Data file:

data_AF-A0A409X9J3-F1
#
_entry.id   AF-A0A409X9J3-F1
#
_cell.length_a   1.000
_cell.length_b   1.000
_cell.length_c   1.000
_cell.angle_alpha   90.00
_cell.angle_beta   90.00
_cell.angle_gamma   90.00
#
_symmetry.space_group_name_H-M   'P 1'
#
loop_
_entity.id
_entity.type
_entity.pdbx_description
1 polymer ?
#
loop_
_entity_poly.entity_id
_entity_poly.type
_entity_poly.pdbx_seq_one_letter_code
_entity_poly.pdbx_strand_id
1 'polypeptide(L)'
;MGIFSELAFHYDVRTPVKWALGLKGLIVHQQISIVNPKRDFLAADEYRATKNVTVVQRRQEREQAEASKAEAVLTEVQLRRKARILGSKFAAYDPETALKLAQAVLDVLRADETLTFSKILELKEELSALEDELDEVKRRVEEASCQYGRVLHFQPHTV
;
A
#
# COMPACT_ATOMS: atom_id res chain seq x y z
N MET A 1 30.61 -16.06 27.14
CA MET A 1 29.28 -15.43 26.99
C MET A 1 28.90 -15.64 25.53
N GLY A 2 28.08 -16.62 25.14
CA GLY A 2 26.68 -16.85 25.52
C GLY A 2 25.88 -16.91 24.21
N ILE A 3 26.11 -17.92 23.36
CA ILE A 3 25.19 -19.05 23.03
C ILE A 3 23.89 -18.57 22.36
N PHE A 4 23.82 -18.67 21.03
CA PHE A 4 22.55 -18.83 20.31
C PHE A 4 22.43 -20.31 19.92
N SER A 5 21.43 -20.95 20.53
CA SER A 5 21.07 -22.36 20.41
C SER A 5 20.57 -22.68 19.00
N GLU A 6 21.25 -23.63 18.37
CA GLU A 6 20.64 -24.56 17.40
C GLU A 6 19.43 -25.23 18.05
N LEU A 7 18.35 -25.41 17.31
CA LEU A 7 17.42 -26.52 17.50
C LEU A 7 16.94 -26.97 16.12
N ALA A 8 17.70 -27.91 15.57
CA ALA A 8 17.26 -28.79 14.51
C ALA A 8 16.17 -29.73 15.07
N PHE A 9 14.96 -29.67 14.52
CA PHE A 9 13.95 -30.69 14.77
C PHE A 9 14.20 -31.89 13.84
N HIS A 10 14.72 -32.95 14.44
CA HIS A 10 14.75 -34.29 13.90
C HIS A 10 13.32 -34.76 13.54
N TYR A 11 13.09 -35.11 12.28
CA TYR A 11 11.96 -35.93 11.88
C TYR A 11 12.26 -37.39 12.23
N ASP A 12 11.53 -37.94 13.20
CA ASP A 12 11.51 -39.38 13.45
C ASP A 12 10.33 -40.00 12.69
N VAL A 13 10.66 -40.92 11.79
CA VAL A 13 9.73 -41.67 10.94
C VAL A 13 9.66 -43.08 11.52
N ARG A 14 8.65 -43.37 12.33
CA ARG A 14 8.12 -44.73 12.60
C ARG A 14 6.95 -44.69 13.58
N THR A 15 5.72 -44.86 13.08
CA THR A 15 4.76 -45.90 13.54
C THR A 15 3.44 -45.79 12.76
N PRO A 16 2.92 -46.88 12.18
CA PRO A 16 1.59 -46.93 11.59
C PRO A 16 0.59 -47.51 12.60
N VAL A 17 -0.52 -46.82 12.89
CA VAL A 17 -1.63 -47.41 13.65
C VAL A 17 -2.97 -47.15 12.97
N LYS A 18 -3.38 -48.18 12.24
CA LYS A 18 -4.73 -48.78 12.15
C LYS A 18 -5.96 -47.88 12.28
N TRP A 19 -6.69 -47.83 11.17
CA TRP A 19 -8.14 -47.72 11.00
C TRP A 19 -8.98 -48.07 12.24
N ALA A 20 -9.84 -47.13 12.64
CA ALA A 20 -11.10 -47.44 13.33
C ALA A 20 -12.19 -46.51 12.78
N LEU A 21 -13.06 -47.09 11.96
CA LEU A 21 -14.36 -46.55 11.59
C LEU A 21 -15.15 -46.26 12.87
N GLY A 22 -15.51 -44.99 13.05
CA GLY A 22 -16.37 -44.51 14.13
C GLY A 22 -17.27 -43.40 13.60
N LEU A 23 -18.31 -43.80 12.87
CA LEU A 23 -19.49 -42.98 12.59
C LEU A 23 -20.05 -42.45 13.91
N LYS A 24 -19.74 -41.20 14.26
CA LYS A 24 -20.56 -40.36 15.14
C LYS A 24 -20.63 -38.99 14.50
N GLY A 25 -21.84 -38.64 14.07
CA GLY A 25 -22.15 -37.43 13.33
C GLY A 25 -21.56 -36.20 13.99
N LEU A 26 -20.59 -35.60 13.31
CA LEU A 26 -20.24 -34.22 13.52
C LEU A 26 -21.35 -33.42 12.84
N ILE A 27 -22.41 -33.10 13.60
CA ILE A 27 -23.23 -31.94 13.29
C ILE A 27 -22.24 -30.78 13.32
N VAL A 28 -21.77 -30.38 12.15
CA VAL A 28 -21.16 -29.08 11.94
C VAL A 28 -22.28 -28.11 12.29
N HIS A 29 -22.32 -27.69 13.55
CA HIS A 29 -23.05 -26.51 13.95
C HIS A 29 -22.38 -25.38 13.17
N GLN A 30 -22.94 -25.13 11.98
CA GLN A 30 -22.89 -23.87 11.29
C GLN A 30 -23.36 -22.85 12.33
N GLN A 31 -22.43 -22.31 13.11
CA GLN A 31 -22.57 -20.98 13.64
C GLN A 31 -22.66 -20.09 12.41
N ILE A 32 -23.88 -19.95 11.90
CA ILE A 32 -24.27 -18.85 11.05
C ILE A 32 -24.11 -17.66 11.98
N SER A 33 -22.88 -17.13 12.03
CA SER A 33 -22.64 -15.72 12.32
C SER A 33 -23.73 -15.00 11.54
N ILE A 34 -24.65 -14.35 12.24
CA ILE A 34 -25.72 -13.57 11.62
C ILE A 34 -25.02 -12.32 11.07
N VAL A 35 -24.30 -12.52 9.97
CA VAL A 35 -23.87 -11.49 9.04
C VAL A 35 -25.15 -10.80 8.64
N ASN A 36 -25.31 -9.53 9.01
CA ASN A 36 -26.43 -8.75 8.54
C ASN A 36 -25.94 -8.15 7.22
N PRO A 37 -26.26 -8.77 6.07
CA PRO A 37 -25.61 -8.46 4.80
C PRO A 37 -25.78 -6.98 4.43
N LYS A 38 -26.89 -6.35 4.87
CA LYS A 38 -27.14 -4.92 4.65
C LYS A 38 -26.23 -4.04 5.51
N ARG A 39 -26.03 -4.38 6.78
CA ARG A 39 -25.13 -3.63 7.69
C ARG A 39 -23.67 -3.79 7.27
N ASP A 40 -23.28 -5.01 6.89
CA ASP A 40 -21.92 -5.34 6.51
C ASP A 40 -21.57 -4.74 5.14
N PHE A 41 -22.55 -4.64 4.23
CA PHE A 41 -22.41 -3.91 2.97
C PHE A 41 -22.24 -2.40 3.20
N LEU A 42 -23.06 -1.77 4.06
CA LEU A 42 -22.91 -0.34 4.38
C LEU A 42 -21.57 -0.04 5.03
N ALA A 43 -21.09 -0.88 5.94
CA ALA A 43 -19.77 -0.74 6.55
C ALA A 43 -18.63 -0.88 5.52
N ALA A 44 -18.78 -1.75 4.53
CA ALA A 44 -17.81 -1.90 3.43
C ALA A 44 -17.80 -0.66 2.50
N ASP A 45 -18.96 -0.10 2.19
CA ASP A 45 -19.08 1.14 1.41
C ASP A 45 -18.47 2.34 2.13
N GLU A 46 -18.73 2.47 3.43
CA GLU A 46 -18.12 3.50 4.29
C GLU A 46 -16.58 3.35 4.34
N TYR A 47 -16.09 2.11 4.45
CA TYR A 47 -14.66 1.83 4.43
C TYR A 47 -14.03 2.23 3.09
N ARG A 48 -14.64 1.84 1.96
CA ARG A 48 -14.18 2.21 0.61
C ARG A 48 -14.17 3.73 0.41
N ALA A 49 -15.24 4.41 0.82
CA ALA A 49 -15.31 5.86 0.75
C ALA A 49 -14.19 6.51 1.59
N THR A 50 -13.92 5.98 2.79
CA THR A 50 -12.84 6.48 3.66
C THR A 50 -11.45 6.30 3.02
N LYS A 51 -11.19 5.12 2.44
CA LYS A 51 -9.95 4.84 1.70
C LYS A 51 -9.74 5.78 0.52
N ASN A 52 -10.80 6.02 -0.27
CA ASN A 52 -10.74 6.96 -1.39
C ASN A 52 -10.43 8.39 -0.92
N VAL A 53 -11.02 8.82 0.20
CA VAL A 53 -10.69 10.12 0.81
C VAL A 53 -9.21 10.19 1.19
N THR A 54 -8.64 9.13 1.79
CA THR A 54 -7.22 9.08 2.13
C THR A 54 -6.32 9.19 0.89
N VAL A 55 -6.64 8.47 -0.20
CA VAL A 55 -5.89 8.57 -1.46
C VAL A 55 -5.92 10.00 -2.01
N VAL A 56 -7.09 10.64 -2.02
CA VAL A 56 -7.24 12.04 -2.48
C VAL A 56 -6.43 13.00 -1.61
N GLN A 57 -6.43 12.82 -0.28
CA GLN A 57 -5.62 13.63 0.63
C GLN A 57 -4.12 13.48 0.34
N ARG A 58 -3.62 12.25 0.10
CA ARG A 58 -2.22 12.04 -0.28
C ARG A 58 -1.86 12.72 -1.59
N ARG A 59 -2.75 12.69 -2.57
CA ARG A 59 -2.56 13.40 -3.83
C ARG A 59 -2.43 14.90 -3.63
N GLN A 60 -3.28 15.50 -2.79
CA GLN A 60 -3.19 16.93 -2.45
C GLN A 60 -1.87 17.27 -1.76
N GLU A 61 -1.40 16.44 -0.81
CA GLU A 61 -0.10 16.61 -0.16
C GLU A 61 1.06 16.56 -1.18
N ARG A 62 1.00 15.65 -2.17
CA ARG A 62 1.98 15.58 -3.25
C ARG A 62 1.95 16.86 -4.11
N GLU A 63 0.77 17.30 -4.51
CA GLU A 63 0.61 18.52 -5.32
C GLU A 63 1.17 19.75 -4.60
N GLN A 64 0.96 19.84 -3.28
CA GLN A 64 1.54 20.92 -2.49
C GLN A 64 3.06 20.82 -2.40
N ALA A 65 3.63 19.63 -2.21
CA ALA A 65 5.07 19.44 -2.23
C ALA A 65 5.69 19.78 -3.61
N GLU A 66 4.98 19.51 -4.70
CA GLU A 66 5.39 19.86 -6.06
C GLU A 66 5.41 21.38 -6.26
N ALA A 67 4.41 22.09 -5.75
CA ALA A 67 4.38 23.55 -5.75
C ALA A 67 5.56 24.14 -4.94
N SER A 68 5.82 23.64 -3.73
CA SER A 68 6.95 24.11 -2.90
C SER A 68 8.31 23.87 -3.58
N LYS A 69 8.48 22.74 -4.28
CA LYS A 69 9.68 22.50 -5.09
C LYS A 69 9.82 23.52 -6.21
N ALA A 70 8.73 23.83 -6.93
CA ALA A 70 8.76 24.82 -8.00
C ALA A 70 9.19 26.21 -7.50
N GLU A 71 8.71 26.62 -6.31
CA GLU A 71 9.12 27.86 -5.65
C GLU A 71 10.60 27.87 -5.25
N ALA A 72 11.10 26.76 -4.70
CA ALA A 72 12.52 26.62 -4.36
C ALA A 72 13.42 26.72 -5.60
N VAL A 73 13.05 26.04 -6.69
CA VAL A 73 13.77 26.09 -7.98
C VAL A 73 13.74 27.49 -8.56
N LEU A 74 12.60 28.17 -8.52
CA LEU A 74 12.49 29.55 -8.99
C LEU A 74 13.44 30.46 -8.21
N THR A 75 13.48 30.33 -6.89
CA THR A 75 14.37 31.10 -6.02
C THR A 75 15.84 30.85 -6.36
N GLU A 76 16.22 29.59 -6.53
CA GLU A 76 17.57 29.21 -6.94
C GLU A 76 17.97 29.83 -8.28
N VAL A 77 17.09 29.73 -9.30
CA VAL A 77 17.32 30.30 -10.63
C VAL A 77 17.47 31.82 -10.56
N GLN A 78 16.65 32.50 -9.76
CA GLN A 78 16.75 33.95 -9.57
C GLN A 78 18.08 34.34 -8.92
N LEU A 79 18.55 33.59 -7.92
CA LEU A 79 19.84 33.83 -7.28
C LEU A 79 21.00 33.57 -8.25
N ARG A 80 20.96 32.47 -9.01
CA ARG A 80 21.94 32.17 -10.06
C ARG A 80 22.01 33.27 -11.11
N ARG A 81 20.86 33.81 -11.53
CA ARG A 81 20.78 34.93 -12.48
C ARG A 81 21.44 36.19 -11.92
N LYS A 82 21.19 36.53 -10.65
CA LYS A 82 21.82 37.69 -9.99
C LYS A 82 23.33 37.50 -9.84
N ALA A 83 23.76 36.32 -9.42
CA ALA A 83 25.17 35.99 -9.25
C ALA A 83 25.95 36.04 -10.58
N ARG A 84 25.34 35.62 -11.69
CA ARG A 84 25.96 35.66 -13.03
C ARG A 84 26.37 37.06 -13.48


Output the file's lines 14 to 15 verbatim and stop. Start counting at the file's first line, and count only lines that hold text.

loop_
_entity.id